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Tampa Bay Lightning head coach Jon Cooper is not anticipating any lineup changes Sunday night for Game 6 of the Stanley Cup Final as forward Brayden Point continues to deal with an undisclosed “severe injury.”

Point sustained a leg injury during Game 7 of the first round against the Toronto Maple Leafs. He returned for the start of the Stanley Cup Final and recorded one assist in two games before leaving the lineup again.

“It’s tricky too because players are used to playing at, I guess, a certain way or how they feel they can play,” Cooper told reporters. “If they don’t feel confident in playing at the calibre they’re used to, it almost works against them.

“It’s unfortunate because it was a severe injury and at this time of the year, everybody’s trying to get back into the lineup and there are just some things you can’t do. When you can’t do what you’re used to doing, it’s tough on the player.”

The 26-year-old Point, who has 78 points in 76 career postseason games, skated with the Lightning during Sunday morning’s practice, and Cooper did not completely rule him out for a potential Game 7.

“He’s still plugging along here and rehabbing and trying to get better. Who knows? If the series goes one more game, you never know,” Cooper said. “It’s tough on these guys because they’re such competitors.”

The Colorado Avalanche hold a 3-2 series lead looking to secure their first Stanley Cup since 2001 while the double defending champion Lightning are aiming to keep their hopes of a three-peat alive. Watch Game 6 live on Sportsnet or Sportsnet NOW starting at 8 p.m. ET / 5 p.m. PT.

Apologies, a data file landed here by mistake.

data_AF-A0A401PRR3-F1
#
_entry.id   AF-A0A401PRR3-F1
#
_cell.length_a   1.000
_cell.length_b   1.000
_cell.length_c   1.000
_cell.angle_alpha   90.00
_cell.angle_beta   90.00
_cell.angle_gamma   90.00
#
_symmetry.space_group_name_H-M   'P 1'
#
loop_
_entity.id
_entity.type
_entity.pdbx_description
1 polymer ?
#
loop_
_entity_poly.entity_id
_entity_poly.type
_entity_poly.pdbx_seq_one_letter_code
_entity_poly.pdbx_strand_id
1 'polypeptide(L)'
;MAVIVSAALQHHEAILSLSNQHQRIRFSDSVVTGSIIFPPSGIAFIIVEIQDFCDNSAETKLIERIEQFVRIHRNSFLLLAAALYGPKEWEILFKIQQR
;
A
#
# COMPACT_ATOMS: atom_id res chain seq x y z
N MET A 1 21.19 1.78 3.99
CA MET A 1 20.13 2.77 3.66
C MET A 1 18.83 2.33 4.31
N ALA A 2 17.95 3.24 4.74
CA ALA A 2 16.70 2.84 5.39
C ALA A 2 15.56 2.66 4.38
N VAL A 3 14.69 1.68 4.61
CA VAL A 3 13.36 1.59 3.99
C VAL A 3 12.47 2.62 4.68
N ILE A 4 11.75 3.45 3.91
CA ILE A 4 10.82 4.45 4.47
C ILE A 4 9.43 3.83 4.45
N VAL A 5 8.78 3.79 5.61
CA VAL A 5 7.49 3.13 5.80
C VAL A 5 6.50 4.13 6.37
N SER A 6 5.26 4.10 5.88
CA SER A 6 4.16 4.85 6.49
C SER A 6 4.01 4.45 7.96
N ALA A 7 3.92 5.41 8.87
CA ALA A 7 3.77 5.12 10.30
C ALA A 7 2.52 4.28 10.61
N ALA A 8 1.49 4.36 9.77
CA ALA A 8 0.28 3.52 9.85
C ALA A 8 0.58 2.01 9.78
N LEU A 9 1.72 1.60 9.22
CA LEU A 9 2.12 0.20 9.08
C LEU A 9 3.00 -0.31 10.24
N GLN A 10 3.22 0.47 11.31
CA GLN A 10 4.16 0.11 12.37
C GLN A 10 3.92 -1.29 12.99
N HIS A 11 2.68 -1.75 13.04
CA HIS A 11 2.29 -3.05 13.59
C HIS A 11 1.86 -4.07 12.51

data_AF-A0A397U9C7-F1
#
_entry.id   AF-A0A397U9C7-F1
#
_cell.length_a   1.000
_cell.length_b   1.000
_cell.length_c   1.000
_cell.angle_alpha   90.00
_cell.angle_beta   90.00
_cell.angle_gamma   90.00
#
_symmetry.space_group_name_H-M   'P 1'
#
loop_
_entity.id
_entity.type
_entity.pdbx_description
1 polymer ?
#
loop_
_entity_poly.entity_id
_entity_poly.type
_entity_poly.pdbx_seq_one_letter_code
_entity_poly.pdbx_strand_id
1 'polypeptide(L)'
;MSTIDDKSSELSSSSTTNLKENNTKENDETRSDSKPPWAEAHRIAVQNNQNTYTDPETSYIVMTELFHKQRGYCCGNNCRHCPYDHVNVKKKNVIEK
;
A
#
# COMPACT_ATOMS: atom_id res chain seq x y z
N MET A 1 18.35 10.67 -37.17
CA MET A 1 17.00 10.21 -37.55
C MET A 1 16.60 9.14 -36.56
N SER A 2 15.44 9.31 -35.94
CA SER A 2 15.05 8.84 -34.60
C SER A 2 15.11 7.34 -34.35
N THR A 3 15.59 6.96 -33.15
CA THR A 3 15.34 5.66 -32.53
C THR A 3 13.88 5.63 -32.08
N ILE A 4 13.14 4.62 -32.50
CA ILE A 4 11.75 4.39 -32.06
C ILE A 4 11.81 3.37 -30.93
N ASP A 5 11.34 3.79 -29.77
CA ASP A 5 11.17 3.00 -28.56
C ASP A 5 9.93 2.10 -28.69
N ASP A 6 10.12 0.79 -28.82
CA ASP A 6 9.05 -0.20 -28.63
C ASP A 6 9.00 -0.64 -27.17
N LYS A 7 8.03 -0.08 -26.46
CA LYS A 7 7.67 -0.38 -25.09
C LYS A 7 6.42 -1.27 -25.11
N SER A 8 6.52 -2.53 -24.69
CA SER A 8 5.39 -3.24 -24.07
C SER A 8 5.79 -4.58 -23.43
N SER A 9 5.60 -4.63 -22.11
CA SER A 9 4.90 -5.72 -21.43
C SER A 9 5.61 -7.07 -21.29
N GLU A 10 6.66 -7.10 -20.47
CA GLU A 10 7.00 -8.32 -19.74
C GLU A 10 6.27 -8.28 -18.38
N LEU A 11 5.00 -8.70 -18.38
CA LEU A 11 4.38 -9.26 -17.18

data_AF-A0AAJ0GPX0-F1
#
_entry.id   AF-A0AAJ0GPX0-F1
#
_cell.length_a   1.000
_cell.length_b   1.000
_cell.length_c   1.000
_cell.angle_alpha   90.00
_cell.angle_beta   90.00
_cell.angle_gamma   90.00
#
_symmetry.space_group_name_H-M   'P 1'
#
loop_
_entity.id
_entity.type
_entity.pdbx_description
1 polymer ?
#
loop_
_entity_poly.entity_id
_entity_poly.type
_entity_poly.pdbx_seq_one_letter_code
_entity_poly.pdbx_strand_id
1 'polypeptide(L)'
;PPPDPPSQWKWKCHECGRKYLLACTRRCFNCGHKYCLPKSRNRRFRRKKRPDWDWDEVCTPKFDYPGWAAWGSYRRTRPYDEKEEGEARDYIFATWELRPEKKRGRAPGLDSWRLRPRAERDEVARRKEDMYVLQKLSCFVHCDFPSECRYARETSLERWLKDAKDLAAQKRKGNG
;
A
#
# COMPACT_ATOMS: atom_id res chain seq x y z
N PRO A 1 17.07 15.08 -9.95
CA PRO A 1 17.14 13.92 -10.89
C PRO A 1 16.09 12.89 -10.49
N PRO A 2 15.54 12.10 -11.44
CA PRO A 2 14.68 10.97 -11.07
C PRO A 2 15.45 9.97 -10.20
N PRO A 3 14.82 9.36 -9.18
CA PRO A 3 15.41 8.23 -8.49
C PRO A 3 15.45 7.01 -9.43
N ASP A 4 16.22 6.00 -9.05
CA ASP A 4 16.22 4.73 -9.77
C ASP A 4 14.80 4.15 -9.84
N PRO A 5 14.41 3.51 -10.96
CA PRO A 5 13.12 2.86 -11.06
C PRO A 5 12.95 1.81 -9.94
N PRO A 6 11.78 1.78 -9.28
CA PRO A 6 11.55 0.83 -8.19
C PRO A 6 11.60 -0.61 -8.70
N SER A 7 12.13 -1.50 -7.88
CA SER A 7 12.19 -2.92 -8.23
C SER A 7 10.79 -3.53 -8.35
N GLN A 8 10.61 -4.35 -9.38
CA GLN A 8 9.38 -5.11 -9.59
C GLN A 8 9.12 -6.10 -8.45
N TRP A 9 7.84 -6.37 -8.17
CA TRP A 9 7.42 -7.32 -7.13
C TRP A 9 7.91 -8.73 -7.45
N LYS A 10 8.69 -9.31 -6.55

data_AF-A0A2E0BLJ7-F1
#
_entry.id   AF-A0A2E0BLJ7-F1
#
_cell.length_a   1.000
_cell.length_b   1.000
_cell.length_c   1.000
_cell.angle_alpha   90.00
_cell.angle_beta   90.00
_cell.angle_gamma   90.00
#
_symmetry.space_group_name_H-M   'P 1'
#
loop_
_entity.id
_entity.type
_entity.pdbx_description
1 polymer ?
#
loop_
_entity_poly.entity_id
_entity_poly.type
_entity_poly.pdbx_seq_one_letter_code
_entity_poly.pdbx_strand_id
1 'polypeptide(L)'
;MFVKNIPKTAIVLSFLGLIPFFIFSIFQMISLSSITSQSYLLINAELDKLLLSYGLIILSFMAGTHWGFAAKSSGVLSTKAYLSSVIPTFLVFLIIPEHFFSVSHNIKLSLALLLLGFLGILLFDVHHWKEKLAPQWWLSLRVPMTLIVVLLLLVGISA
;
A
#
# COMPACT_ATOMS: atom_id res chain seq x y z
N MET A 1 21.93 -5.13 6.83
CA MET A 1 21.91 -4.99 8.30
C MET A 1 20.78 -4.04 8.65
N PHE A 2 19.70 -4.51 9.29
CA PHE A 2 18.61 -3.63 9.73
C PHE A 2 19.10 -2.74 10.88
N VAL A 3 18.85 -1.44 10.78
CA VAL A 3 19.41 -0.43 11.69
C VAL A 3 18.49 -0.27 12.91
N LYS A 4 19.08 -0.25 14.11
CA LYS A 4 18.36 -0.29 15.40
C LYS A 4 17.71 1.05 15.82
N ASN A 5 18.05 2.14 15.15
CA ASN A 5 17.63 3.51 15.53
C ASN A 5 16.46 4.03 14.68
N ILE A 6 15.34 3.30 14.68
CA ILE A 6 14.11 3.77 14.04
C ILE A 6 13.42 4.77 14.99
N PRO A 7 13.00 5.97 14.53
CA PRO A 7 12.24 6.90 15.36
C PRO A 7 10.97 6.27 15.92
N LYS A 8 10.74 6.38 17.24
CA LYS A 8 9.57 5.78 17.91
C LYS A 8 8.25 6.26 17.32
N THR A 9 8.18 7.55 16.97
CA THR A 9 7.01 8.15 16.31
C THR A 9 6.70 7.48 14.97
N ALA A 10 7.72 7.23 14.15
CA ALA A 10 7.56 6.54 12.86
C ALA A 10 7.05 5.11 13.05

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In Gee Chun perseveres, holds off Lexi Thompson to win Women's PGA – Golf Channel

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BETHESDA, Md. — In Gee Chun rallied after losing her once-sizeable lead, overcoming a bogey-filled front nine to win the KPMG Women’s PGA Championship on Sunday when Lexi Thompson faltered with the putter.

Chun shot a 3-over 75 for the second consecutive day at Congressional, but that was enough to win her third major title by a stroke over Thompson and Minjee Lee. Chun, after leading by six at the tournament’s midway point, lost a three-shot advantage in the first three holes of the final round. Thompson was two strokes ahead of her after the front nine, but her putting problems were just beginning.


Full-field scores from the U.S. Senior Open


The 27-year-old Floridian botched a par putt from a couple feet on No. 14, but a birdie on 15 restored her lead to two. Then she bogeyed the par-5 16th while Chun made birdie, leaving the two players tied with two holes remaining.

Thompson three-putted for bogey on 17, and after an impressive approach from the rough on 18, her birdie putt wasn’t hit firmly enough.

Chun’s approach on the par-4 18th bounced past the hole and just off the back of the green, but she putted to within 5 feet and sank her par attempt to win the tournament.


Chun earns long-awaited major win at Women’s PGA


Chun, a 27-year-old from South Korea, led by seven strokes after finishing her first round in wet conditions Thursday. The lead was down to five at the end of that day — still equaling the largest 18-hole advantage in the history of women’s majors.

She was six strokes ahead at the halfway point and had a three-stroke advantage coming into Sunday. She finished at 5-under 283.

Chun won her first major at the U.S. Women’s Open in 2015 and added the Evian Championship in France the following year.